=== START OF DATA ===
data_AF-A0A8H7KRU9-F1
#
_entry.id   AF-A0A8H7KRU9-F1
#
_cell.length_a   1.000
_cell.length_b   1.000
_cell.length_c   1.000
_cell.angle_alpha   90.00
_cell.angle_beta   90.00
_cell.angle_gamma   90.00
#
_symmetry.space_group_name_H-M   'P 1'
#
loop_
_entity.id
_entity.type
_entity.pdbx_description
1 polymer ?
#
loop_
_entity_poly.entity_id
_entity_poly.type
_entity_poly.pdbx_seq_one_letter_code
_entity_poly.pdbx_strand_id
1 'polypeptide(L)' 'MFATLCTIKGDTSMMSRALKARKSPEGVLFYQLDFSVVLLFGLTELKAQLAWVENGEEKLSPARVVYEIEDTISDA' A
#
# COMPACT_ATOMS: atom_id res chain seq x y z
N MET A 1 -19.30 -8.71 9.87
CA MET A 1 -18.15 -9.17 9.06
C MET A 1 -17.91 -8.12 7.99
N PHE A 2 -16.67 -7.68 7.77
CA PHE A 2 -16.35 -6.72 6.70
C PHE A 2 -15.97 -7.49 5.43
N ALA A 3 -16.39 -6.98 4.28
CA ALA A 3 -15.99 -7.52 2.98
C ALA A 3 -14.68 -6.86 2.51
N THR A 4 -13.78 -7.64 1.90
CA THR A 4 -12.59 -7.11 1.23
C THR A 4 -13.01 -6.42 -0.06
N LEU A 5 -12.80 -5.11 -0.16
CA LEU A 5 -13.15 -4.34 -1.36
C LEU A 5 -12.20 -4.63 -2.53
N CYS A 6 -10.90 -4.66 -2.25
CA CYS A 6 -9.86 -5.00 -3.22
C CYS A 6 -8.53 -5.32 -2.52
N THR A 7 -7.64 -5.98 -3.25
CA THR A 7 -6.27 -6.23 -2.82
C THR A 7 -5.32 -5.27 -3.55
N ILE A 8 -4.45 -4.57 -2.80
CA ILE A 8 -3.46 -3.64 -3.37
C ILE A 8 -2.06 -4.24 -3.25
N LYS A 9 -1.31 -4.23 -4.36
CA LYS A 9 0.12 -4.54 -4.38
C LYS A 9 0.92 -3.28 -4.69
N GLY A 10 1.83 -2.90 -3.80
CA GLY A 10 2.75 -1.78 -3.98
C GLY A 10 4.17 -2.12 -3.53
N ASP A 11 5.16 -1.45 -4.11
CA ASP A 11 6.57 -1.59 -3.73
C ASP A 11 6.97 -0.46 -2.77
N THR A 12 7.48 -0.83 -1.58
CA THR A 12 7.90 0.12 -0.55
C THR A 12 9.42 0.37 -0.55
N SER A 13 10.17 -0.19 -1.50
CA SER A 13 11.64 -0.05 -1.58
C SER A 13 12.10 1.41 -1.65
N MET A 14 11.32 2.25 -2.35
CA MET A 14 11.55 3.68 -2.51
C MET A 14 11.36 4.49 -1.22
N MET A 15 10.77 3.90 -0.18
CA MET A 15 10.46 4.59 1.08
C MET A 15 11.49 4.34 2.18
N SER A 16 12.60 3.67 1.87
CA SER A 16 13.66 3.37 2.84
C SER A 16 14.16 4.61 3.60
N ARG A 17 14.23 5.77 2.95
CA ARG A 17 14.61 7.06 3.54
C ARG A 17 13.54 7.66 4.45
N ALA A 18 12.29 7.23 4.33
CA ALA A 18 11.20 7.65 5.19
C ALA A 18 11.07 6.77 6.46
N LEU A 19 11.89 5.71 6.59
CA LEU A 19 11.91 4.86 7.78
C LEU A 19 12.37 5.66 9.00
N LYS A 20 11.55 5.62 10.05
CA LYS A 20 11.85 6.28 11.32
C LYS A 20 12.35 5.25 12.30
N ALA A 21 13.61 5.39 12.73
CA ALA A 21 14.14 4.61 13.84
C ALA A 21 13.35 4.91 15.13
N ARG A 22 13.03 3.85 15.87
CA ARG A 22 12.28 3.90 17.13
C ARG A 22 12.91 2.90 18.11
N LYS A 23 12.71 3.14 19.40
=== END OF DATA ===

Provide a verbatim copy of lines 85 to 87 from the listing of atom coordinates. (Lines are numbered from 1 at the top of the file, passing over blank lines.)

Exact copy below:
N LYS A 20 11.55 5.62 10.05
CA LYS A 20 11.85 6.28 11.32
C LYS A 20 12.35 5.25 12.30